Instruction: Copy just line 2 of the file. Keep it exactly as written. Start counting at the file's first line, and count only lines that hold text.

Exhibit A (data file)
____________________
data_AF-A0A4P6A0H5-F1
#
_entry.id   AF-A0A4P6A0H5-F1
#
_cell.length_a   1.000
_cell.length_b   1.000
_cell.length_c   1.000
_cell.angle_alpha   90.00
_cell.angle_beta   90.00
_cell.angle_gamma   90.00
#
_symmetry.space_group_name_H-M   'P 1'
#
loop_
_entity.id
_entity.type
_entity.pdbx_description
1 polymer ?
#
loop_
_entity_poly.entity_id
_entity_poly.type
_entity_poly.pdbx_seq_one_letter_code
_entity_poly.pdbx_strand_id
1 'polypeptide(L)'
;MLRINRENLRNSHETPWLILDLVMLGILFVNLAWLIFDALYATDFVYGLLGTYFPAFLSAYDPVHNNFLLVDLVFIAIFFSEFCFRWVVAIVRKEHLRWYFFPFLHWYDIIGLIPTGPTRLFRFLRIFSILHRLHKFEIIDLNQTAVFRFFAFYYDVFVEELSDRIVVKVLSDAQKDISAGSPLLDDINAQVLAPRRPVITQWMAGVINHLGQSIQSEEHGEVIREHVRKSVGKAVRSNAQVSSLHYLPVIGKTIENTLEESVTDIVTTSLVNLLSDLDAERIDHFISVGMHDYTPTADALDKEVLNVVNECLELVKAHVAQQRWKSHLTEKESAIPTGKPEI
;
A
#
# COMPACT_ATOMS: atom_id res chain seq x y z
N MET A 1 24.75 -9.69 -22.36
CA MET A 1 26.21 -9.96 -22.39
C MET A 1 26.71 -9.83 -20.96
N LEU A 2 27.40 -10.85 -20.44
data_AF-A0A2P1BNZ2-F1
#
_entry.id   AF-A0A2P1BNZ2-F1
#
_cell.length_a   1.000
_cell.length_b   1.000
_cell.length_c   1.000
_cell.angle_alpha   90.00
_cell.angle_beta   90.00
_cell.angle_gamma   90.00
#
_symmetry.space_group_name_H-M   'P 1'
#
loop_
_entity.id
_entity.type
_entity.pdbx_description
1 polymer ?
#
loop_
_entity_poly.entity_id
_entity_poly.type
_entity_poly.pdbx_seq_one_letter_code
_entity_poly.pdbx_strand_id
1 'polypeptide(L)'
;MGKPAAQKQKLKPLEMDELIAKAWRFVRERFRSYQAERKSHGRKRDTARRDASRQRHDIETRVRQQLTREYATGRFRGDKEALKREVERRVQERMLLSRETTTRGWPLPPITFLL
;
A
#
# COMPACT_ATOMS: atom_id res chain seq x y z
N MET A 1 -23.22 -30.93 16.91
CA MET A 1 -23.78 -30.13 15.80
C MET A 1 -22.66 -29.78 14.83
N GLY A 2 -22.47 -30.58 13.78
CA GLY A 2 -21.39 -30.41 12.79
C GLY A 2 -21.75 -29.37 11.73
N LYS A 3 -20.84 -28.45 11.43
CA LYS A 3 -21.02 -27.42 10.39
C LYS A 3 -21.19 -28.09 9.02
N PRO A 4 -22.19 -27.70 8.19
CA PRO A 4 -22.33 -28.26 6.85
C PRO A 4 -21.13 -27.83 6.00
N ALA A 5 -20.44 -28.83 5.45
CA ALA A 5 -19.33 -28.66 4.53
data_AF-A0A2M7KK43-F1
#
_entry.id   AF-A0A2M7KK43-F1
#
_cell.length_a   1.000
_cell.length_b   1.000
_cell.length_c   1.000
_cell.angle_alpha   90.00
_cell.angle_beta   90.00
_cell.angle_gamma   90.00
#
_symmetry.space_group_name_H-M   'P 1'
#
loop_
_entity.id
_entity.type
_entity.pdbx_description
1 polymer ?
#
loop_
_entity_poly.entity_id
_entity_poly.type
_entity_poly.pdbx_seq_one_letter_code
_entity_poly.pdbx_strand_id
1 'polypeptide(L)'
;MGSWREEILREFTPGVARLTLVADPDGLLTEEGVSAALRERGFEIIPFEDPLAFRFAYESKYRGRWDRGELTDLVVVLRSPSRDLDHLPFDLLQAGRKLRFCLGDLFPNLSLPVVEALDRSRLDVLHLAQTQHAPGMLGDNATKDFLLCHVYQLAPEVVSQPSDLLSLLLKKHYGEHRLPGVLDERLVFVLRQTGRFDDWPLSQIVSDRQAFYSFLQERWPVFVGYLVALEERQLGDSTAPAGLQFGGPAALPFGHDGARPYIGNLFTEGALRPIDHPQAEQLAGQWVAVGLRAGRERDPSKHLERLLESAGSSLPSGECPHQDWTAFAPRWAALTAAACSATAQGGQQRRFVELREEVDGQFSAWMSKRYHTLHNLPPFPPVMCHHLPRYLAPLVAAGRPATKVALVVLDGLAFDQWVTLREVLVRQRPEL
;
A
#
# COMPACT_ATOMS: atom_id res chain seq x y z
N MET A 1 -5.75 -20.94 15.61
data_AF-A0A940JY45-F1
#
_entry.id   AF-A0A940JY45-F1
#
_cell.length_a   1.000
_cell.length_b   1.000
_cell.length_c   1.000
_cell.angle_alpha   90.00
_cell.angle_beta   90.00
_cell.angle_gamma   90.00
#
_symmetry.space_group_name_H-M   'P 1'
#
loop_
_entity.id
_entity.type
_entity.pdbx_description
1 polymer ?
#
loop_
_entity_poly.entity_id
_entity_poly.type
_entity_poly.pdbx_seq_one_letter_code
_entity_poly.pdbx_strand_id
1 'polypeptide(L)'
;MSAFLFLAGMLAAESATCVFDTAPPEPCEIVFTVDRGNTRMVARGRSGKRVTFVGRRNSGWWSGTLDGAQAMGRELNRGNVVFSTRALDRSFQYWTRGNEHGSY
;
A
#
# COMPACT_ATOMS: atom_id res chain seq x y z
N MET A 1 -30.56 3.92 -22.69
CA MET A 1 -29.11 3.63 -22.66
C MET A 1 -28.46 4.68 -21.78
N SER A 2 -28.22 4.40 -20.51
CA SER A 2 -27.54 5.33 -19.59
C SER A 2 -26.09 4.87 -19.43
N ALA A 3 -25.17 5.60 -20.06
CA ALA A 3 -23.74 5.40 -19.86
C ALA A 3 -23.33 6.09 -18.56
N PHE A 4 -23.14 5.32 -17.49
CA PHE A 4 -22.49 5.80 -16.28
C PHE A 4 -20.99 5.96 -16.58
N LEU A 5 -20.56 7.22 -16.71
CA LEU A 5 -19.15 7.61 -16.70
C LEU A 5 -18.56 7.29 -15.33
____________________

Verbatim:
#